I look forward to reading about your future adventures.

    Fair winds and smooth seas!! (a bit better than following seas??)
    Cathy

    • I’ll take smooth seas any day! We have been to Bamfield a couple of times, once by boat. It’s an interesting place with its little cat village where their strays live and people feed them. I think Galapagos would have been happier with your route. She kept trying to head out to sea because that seemed to be where the really good sailing was. Glad to have you following along!

  4. Yey to you both. The first one is always the hardest.

    For seasickness, many cruisers take Stugeron. It does not cause drowsiness. It is not FDA approved in the USA (go figure). Outside of the USA it is sold over the counter. In the UK, it is commonly used to treat nausea for pregnant women. My point being, it is quite safe to take.

    I use it sparingly. I usually take some when I know we are going to get a blow and due to it not having side effects, I have my wits about me. Much easier to stay alert on watch when not drowsy 🙂

    Many sailors while in the USA will order it from Canada. It is very inexpensive.

    When we first got some, I took it while at dock to make sure I don’t have any issues. Like all other people I have talked to, no side effects and no seasickness.

    Mark and Cindy
    sv Cream Puff

    • Another recommendation for Stugeron. We bought some while in the UK, over the counter, and carry it with us along with meclazine and scopalmine patches. We are fortunate in that neither of us is prone to sea sickness, although Mike can have little flutters if he has to be in the engine room under way or had to focus on reading something and the boat’s moving around alot. We stay very well hydrated and that helps as well. I know our day will come. But, knock on wood, spin and spit three times, I hope not. We both commented on how if we had been sea sick this trip would have been a whole different story.

        • Oh, I have no idea if I can take meclazine! We haven’t tried any of the sea sickness meds, and we really should do that before our next passage. I would lean toward Sturgeron because so many cruisers recommend it for its lack of side effects. But Mike and I have never (knock on wood) suffered from sea sickness, although we’ve had opportunity to do so. I’m hopeful we can keep it that way.

  5. You conjured up so many memories of our first passage. Not all the memories are good ones though none are actually terrible. Fair winds to you both.

  6. Congratulations , what an amazing life milestone to share together, arriving in Sausalito! Well done. Thanks for sharing your journey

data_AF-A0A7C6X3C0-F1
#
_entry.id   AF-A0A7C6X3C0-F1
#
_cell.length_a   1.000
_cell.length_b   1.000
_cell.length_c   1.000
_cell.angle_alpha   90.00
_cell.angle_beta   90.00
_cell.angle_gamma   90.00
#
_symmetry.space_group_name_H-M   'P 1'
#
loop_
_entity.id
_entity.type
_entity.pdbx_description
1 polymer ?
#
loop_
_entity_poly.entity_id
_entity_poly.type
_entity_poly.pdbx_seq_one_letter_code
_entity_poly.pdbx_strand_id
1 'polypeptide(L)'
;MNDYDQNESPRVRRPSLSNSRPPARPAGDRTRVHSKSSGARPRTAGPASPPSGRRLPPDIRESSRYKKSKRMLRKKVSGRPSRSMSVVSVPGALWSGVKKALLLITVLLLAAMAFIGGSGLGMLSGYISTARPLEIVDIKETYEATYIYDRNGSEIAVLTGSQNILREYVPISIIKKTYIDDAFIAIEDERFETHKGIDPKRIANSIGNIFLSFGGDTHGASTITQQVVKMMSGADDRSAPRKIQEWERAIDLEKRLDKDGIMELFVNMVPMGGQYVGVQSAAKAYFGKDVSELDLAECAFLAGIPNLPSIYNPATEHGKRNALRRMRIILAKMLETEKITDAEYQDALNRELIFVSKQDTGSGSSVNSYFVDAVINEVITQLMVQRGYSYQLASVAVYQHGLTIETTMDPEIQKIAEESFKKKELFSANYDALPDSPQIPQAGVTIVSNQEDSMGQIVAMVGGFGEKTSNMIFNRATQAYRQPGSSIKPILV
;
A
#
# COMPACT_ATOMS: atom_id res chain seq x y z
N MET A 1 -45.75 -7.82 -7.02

7. Congratulations on your first passage. We don’t travel at night; there isn’t usually a need. But on long car trips that go through the night; I am always the nighttime DD. I’m not sure if hubby would be able to stay awake.

    You are both quite fortunate that you don’t get seasick. Neither do hubby and I; except as you mentioned. If we have to go below for any reason for an extended period it usually does us in.

    Love SF and Sausalito. Hope you have plenty of time to explore. If you are into wine; a winery bus trip might be fun…..

    • I’d love to not travel at night. This is probably what we will miss about coastal cruising. We’ll be able to explore San Fransisco for a few days anyway. Not sure how long we’ll be here, though. We’re not really into wine, although I know this is a great area for those who are!

  8. Congratulations! What memories ! We did 5 on, 5 off at sea except that leg when we had ” crew”. I usually started at midnight. Great If conditions were ” routine”. If not watches were adjusted or no one slept. Seeing the sun come up on a new day at sea was my very very favourite thing. As in ” made it through another night”! I always made hard boiled eggs for the night, good protein and easy to eat. Only once did I try to peel one in the cockpit! I did try those dry noodle soups, just add boiling water from the thermos, but the cockpit floor in the morning, yuk. Awesome, Mike and Melissa, hope you get that package or I will re-send priority. No advice from here about SF or area. It was 1993. But it was really fun. Galapagos knows how to get to Alameda YC if it is still there. Nicely out of the way.
    Thanks for posting, Best regards, Jan and Skooke.

    • You know, I forgot about the hard boiled eggs! That would have been a good thing to do. So it’s on the list for next passage. We had the package forwarded to our house, but it’s not there yet. Hopefully it will get through. Seems silly it would take that long! And I completely agree about greeting the sun! It’s such a relief to see it after a night watch. Thanks for sticking around for the blog!